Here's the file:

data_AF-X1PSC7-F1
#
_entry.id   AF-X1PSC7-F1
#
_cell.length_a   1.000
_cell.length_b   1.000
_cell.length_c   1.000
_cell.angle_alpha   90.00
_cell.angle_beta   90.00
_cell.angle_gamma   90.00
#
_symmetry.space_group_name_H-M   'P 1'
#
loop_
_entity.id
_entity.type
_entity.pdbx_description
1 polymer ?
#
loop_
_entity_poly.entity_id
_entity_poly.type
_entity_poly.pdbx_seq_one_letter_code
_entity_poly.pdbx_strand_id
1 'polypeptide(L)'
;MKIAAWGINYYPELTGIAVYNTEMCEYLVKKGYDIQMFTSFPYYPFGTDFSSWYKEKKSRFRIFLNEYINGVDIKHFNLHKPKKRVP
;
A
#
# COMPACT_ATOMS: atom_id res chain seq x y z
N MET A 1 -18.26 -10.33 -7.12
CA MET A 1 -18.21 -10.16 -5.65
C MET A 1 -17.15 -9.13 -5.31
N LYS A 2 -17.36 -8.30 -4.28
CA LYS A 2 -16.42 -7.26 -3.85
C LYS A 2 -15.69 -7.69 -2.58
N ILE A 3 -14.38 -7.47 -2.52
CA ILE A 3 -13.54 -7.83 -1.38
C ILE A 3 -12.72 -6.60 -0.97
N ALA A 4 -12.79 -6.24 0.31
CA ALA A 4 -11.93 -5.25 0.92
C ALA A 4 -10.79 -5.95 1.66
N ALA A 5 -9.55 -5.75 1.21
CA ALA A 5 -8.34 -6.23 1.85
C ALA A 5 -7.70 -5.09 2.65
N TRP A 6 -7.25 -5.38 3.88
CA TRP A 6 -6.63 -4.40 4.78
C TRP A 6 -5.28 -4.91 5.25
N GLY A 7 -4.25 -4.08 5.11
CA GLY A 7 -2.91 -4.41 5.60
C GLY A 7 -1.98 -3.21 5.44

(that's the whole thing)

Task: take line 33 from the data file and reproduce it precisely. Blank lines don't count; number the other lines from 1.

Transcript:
C MET A 1 -17.15 -9.13 -5.31